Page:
The admissibility of the e-mails can not possibly be tainted by the alleged assault or abuse of Hitschmann by the police or state functionaries because the e-mails are said to have been created before the assault or abuse.
The evidence of Ms Matare is equally innocuous in that all what she is saying is that she punched the computer and this is what came out. If Hitshmann's assailants could produce the guns he pointed out without any objection, I can perceive no logical reason why the production of relevant e-mails extracted by Ms Matare after he had pointed them out to her in the computer should be objectionable. Her evidence simply seeks to establish a link in the chain of evidence. The e-mails are therefore eminently admissible.
Looked at from another angle, judicial precedence both at home and abroad establish that executive statements made in furtherance of the commission of a crime are admissible against the conspirators or partners in crime. In the case of The State v Mathew Governor and Another H-H-9-07 I had occasion to quote with approval the wise words of GUBBAY CJ in the case of State v Sibanda 1992 (2) ZLR 438 at page 12 of my cyclostyled judgment when I remarked that
"It is true that generally an extra curial statement is admissible only against its maker, but the rule is subject to two exceptions. The two exceptions were amply articulated by GUBBAY CJ at page 441 when the learned Chief Justice observed that:
'It is only in two exceptional situations that an extra curial statement may be admitted not only as evidence against its maker but also as evidence against a co-accused implicated thereby. The first is whereby the co accused by his words accepts the truth of the statement so as to make all or part of it a statement of his own.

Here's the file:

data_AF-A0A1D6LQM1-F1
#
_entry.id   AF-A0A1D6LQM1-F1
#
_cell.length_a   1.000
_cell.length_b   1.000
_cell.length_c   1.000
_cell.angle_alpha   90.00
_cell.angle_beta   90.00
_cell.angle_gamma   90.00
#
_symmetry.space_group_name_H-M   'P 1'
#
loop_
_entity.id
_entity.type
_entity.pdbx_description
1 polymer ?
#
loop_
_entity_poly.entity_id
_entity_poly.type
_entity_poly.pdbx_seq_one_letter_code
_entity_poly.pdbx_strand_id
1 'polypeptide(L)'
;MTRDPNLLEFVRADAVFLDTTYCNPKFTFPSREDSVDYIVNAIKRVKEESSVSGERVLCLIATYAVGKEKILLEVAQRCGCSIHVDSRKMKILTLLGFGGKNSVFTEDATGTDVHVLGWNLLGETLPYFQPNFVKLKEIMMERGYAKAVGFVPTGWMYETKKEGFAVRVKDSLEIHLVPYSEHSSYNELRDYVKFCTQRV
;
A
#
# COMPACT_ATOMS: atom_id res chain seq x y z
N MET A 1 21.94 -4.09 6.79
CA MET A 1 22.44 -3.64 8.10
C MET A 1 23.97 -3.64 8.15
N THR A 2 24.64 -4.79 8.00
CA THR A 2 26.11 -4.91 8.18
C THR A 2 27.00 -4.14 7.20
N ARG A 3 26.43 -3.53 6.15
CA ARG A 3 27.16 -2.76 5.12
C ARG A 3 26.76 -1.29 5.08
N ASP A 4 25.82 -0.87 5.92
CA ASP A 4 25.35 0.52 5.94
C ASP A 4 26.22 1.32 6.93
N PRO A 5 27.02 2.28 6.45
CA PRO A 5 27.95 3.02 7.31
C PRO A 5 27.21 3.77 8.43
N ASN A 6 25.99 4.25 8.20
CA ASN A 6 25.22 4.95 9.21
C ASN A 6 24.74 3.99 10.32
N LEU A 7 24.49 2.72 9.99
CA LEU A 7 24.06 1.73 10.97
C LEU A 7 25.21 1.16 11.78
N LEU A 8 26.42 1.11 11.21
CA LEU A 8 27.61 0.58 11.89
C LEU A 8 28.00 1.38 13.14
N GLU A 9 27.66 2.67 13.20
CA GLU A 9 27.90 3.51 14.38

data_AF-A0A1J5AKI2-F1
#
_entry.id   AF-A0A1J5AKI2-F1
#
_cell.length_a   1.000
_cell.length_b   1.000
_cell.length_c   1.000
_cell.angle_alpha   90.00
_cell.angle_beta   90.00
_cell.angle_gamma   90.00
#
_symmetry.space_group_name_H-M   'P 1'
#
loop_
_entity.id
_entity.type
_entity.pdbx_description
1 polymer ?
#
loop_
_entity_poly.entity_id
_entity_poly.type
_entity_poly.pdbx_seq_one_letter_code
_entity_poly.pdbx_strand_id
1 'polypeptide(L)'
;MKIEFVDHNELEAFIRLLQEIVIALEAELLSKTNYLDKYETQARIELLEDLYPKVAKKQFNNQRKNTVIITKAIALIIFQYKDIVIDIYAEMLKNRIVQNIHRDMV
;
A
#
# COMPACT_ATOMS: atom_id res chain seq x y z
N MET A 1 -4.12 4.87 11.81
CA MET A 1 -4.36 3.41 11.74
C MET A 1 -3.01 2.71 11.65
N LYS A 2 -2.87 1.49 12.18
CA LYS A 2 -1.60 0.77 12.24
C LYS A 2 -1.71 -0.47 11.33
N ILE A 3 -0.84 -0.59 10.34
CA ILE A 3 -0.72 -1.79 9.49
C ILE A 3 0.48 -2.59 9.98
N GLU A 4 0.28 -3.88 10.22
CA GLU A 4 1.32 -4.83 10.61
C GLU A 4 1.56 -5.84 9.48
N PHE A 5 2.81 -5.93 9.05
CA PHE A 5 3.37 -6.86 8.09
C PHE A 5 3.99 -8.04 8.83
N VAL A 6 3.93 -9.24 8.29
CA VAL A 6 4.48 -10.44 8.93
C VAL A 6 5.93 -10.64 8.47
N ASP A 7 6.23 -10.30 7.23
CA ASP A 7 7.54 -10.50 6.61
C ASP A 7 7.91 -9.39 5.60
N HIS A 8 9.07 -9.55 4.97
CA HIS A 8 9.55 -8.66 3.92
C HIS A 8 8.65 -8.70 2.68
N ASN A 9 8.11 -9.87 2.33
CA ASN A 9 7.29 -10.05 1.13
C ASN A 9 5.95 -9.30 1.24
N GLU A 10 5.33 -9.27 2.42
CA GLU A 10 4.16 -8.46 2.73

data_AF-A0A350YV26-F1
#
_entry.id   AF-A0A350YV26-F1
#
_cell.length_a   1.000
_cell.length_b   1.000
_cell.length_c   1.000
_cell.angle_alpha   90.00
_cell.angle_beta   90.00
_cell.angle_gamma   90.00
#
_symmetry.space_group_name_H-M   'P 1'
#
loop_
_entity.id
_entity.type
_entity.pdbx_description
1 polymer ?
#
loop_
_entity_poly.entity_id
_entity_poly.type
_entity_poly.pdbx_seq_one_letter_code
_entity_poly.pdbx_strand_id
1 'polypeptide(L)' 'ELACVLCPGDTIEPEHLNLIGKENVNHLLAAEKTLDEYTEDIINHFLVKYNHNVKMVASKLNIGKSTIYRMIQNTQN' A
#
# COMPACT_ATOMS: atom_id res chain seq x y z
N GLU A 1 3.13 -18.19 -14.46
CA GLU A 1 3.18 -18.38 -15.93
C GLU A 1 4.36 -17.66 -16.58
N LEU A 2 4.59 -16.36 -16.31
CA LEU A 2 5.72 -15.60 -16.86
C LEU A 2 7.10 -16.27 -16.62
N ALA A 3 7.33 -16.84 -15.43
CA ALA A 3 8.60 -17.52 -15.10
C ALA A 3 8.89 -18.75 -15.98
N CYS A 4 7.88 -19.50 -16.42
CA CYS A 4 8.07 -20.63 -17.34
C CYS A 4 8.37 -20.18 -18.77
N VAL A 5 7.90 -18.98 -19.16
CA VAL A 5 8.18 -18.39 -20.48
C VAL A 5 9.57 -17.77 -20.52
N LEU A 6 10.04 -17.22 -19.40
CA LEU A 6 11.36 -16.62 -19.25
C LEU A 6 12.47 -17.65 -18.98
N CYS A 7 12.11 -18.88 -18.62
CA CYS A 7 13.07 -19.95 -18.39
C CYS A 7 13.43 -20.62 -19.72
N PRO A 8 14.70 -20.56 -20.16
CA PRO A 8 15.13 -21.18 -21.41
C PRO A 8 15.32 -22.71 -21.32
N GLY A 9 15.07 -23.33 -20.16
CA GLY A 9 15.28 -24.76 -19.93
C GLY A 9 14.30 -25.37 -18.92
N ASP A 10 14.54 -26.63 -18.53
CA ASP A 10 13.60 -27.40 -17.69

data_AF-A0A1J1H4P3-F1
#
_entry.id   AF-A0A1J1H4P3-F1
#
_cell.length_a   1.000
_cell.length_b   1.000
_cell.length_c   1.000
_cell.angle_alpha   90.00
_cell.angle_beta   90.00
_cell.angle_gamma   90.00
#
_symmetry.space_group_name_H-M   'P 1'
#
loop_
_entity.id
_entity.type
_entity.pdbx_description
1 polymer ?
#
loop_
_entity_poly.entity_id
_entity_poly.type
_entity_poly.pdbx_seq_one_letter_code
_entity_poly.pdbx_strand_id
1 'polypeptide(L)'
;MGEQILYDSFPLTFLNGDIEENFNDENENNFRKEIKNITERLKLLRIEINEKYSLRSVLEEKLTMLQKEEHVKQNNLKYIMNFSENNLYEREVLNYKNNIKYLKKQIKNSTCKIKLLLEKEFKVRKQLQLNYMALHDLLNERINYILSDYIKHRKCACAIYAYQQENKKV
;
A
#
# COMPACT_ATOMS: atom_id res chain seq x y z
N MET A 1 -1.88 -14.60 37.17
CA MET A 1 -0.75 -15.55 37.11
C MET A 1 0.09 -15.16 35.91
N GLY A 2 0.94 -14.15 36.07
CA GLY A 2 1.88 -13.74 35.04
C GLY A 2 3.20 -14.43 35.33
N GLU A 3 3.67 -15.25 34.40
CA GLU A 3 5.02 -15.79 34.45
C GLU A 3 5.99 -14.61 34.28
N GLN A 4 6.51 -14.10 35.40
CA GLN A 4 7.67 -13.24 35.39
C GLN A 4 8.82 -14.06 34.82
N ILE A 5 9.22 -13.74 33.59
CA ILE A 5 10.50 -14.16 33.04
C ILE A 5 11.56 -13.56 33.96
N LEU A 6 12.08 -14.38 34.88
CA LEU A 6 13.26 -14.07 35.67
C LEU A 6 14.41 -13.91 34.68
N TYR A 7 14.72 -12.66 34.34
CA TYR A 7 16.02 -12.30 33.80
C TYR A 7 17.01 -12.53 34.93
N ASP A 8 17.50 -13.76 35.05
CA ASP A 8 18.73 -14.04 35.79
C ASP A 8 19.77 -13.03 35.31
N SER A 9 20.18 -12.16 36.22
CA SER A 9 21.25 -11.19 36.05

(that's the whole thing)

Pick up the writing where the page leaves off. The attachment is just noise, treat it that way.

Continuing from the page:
The second exception in the case of conspiracy, statements of one or two conspirators made in the execution or furtherance of a common desire are admissible in evidence against any other party in the conspiracy. See R v Miller and Anor 1939 AD 106 at Page 115, R v Mayet 1967 (1) SA 492 at 495F" (my emphasis)
In the Miller case (supra) WATERMEYER JA had this to say:
"There is a well recognized rule that the acts and declarations of one conspirator are admissible in evidence against another, provided that they are acts performed and declarations made in furtherance of the common purpose"
In this case we have been told by the state that the e-mails in question contain no ordinary narrative statements but executive instructions concerning the modalities of committing the crime charged. That being the case the e-mails snuggly fit into the second exception referred to by GUBBAY CJ in the Sibanda case (supra), thereby rendering the e-mails admissible at law.
In conclusion I am constrained to say that the purpose of a criminal trial is to determine the correct factual position without sweeping anything under the carpet or reducing the trial to a game of wits. Having regard to the legal position I have articulated above, it is plain that the e-mails in question are relevant and vital to the just determination of this case. I therefore, hold that the e-mails are admissible against the accused.
It is accordingly ordered that the e-mails be and are hereby admitted in evidence as exhibit 13.
The Attorney General's Office,the States legal practitioners.
Mutetwa and Nyambirai, the accused's legal practitioners.